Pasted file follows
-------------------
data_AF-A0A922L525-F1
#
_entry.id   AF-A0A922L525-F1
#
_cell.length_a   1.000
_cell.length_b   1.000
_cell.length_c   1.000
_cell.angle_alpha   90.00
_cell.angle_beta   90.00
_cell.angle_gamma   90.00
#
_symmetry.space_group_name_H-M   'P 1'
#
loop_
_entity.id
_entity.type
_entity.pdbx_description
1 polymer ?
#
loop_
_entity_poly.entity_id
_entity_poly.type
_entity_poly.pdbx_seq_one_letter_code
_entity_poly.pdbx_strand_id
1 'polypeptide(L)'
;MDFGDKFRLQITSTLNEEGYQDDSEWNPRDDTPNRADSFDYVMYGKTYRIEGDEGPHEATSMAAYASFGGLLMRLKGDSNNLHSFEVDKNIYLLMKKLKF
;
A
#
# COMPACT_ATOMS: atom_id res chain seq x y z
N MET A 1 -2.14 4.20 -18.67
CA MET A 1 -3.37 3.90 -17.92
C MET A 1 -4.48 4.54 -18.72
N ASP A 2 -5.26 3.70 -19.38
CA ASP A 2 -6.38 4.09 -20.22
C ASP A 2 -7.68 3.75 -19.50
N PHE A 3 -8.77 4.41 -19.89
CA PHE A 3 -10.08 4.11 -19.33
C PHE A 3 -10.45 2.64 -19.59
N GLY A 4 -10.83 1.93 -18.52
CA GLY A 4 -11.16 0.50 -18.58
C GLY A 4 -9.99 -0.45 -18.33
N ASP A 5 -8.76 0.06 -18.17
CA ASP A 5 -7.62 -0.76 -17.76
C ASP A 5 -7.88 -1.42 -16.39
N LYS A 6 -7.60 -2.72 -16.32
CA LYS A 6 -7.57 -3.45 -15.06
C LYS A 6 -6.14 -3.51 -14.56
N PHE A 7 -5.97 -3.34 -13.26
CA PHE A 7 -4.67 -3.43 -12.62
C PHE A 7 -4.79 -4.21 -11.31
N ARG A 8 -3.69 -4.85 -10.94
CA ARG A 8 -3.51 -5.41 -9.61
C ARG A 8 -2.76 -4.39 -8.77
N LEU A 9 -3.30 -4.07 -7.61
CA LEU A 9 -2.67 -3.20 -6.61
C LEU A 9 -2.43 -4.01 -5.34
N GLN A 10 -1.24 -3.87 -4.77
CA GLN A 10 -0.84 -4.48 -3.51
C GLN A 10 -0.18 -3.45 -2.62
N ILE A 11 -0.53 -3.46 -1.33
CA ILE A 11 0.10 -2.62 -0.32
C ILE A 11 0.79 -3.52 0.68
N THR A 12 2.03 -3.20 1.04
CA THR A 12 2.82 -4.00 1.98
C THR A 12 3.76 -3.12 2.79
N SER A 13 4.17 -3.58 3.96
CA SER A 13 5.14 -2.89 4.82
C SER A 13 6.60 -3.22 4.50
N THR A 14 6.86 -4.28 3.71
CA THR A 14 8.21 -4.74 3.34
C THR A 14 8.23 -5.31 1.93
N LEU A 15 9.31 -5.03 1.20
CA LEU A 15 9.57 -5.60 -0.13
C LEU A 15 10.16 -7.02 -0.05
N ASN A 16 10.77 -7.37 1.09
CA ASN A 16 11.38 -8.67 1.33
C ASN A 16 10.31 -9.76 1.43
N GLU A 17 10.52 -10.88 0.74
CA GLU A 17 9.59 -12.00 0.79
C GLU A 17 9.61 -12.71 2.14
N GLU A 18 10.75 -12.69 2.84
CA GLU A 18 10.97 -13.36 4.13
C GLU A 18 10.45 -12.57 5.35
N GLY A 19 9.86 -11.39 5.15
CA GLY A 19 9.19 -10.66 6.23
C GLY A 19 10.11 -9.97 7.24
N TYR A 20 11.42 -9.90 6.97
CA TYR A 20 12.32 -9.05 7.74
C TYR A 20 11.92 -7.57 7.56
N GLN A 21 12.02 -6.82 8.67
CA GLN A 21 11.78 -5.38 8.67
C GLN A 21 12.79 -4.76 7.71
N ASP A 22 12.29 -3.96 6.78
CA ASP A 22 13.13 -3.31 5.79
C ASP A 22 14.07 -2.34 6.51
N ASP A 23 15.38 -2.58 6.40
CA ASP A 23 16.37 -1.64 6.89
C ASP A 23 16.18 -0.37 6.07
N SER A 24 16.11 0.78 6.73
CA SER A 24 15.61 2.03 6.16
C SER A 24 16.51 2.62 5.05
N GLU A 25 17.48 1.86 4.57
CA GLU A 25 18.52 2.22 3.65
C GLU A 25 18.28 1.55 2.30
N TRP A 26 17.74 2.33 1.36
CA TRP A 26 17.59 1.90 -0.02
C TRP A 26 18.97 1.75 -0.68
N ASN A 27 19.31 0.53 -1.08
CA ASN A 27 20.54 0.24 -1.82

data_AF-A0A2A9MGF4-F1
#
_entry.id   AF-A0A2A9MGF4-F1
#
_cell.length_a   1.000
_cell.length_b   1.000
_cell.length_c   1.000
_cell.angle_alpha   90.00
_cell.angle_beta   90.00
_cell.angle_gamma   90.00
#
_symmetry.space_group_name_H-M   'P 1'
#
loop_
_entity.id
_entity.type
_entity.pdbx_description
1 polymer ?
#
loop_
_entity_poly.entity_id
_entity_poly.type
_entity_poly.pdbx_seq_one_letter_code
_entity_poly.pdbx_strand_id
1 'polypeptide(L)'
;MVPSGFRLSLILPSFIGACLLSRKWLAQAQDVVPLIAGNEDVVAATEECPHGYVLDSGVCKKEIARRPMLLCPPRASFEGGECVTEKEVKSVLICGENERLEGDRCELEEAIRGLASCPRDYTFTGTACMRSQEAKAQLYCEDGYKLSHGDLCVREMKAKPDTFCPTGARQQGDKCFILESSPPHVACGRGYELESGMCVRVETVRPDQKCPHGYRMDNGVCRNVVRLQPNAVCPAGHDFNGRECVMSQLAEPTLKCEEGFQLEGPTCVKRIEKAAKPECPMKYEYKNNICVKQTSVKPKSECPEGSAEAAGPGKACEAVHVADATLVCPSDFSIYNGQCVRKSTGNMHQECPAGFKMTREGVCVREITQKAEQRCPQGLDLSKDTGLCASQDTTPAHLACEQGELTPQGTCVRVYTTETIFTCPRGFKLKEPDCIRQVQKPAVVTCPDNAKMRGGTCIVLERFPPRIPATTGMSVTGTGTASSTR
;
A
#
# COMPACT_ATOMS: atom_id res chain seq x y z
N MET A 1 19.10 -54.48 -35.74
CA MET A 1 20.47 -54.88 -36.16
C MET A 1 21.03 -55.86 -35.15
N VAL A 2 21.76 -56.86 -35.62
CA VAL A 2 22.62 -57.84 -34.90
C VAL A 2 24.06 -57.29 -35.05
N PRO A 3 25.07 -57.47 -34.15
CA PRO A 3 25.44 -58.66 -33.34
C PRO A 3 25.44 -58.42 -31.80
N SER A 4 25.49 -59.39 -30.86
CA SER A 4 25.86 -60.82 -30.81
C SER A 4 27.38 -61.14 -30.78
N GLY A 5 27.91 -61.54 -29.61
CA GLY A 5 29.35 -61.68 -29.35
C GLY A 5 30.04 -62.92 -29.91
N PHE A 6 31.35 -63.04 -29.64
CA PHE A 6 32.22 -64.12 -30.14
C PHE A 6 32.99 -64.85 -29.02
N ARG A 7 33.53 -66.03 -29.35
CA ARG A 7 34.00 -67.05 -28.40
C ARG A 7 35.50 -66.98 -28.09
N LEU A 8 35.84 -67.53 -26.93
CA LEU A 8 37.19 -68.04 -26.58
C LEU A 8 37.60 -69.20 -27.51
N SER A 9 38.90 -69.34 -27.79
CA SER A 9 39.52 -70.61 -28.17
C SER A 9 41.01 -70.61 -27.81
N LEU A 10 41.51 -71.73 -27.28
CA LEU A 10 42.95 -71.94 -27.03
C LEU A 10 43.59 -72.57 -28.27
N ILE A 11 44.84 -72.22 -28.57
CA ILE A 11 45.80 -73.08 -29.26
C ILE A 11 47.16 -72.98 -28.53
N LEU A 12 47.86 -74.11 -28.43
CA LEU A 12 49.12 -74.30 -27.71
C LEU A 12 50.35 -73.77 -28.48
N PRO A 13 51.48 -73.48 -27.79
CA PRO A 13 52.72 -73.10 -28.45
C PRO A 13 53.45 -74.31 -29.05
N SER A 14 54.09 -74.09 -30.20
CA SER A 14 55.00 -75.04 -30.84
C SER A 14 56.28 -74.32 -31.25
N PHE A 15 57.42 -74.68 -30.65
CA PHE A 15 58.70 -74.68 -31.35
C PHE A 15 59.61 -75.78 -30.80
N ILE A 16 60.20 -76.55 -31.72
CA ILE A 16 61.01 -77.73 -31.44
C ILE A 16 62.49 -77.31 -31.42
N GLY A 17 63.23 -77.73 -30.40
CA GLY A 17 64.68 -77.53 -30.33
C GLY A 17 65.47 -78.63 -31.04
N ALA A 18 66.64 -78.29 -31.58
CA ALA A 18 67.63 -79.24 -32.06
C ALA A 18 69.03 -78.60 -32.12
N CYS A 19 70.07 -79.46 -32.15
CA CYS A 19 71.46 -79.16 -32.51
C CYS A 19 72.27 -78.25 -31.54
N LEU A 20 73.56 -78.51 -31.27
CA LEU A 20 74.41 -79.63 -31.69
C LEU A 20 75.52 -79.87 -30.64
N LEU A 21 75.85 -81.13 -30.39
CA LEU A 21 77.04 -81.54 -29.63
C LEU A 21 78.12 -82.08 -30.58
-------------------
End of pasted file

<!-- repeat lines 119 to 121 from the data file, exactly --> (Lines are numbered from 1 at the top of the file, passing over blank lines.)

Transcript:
_cell.angle_beta   90.00
_cell.angle_gamma   90.00
#